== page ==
We observed that the temporal pattern of functional outcome after TKA differed according to both implant type and patient age. Previously published studies on the effect of implant type (FB or MB) on the evolution of functional outcome after TKA could not find any such differences between the two implant groups [14, 23]. The theoretical advantage of MB TKA designs, due to increased congruity and unconstrained mobility of the bearing, has not been translated into improved long-term clinical outcomes or implant survivorship. A meta-analysis of the two TKA designs did not find any significant difference in clinical or radiological outcomes and complication rates between fixed- and mobile-bearing TKAs [14]. However, the above-mentioned study did not consider various time points in the recovery after TKA, which has important clinical implications. In our study, we evaluated the functional outcome after TKA in the two groups at various time points, to comprehensively evaluate patterns of recovery. A randomized controlled clinical trial comparing the outcomes of FB and MB TKAs found that most of the gait parameters improved at 5 years after TKAs using FB implants in older patients (> 70 years) and for TKAs using MB implants in younger patients [15]. However, their sample size was relatively small; moreover, they did not comprehensively study the temporal pattern of recovery in the various subgroups. We used MMRM to study the pattern of recovery in functional outcome at various time points, which has been reported to be a superior approach for controlling type I error rates and minimizing biases [24]. MB TKA designs have evolved over time, based on the range of freedom of the polyethylene insert, from the initial meniscal design to the rotating platform type, finally leading to the development of the anteroposterior glide platform variety. However, in a retrospective comparative study of the three types of mobile bearings, no difference in clinical or radiological results or implant survivorship was reported [25].

Only limited information is available in literature regarding comparison of the temporal pattern of functional outcome after TKA in older versus young patients. A prospective study comparing functional outcome and pain after TKA between patients aged ≤ 55 years and > 55 years at time of index surgery found no significant difference in pain or knee performance over 10 years of follow-up between the two groups. The authors, however, found higher overall function in the younger age group throughout the study period [26]. However, they did not evaluate the temporal pattern of recovery in the two groups at various time points. In our study, which had a relatively larger sample size, we found a decline in function between 2 and 5 years in the older patients (≥ 68 years) when implanted with an MB prosthesis. Considering the greater degree of freedom of movement provided by an MB implant compared with a fixed-bearing one, full function of the former implant appears to be more dependent on adequate quadriceps muscle power. The decline in functional outcome seen in older patients with an MB implant may be explained by decreased muscle strength associated with aging in such patients.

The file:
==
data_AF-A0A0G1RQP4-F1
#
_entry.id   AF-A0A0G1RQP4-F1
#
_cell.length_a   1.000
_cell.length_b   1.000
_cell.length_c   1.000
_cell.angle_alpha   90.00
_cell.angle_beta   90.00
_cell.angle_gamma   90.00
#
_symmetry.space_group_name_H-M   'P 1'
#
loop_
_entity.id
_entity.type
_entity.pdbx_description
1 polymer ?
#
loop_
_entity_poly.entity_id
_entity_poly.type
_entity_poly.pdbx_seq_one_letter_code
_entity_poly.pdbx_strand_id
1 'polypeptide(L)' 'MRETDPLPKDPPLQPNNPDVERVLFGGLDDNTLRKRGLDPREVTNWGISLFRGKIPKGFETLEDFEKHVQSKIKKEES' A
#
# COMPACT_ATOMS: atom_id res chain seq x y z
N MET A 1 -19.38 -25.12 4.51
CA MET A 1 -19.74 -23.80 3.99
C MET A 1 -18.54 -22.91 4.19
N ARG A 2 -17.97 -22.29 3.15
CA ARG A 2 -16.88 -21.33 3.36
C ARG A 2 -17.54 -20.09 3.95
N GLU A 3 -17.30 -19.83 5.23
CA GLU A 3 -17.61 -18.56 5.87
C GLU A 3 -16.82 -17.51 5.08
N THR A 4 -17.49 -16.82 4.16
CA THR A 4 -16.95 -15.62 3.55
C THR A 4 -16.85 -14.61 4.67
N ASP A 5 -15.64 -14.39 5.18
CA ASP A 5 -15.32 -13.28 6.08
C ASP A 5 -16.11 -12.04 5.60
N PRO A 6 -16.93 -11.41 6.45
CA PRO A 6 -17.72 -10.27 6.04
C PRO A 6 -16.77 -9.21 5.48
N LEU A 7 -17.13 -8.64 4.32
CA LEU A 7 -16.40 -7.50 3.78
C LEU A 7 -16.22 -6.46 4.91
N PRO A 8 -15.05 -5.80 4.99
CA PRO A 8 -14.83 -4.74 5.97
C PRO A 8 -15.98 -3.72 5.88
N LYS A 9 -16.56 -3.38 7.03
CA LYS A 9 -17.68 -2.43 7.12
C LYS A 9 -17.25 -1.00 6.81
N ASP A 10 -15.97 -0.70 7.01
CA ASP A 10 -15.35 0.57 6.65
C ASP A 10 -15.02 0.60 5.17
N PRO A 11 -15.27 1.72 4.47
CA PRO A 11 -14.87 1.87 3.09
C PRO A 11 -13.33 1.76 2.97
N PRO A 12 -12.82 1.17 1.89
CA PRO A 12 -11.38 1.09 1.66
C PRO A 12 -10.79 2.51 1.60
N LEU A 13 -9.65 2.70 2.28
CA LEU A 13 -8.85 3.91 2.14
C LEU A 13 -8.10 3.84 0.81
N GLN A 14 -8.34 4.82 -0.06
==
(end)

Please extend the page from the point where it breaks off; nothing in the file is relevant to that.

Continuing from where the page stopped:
This study has a number of strengths, including use of a standardized clinical pathway, use of validated outcome measures, and 5-year follow-up. However, there are some limitations to this study, which should be considered when interpreting the results. First, we did not have a control group with which to compare the changes in functional outcome over the 5-year period. However, in an extensive literature review, we could not find any long-term prospective study that evaluated such outcome measures in a healthy population. Therefore, the above results can be assumed to be relevant to the general population. Second, as we only included unilateral TKAs in our study, effects of OA of the other knee on the serial outcome measures cannot be ruled out. However, to reduce this ambiguity, we excluded patients with severe OA of the other knee from analysis in the study. Moreover, this study provides empirical data that lay the path for future studies on bilateral TKA. Third, the lack of randomization regarding the type of prosthesis (FB or MB) used precludes the abolition of an inherent selection bias in the study. This should be borne in mind when interpreting the results. The use of a single type of FB or MB implant for all patients is another limitation that requires consideration, as this could be a potential source of selection bias.